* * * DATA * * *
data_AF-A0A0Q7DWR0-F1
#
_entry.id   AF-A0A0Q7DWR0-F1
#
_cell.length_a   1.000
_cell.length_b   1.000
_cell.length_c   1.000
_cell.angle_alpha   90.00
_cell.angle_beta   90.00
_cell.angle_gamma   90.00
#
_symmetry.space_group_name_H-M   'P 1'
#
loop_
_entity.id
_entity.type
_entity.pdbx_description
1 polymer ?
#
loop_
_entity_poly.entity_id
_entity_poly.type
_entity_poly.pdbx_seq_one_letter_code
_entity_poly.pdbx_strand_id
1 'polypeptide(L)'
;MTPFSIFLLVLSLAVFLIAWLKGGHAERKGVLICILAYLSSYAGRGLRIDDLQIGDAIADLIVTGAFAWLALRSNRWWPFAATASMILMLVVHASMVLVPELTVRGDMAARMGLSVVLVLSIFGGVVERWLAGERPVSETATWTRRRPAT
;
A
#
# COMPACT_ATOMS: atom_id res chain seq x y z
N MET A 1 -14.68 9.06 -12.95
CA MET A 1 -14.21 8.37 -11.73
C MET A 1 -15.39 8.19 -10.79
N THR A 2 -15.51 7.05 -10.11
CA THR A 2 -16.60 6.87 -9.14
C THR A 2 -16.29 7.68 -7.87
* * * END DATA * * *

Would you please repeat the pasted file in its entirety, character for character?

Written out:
data_AF-A0A0Q7DWR0-F1
#
_entry.id   AF-A0A0Q7DWR0-F1
#
_cell.length_a   1.000
_cell.length_b   1.000
_cell.length_c   1.000
_cell.angle_alpha   90.00
_cell.angle_beta   90.00
_cell.angle_gamma   90.00
#
_symmetry.space_group_name_H-M   'P 1'
#
loop_
_entity.id
_entity.type
_entity.pdbx_description
1 polymer ?
#
loop_
_entity_poly.entity_id
_entity_poly.type
_entity_poly.pdbx_seq_one_letter_code
_entity_poly.pdbx_strand_id
1 'polypeptide(L)'
;MTPFSIFLLVLSLAVFLIAWLKGGHAERKGVLICILAYLSSYAGRGLRIDDLQIGDAIADLIVTGAFAWLALRSNRWWPFAATASMILMLVVHASMVLVPELTVRGDMAARMGLSVVLVLSIFGGVVERWLAGERPVSETATWTRRRPAT
;
A
#
# COMPACT_ATOMS: atom_id res chain seq x y z
N MET A 1 -14.68 9.06 -12.95
CA MET A 1 -14.21 8.37 -11.73
C MET A 1 -15.39 8.19 -10.79
N THR A 2 -15.51 7.05 -10.11
CA THR A 2 -16.60 6.87 -9.14
C THR A 2 -16.29 7.68 -7.87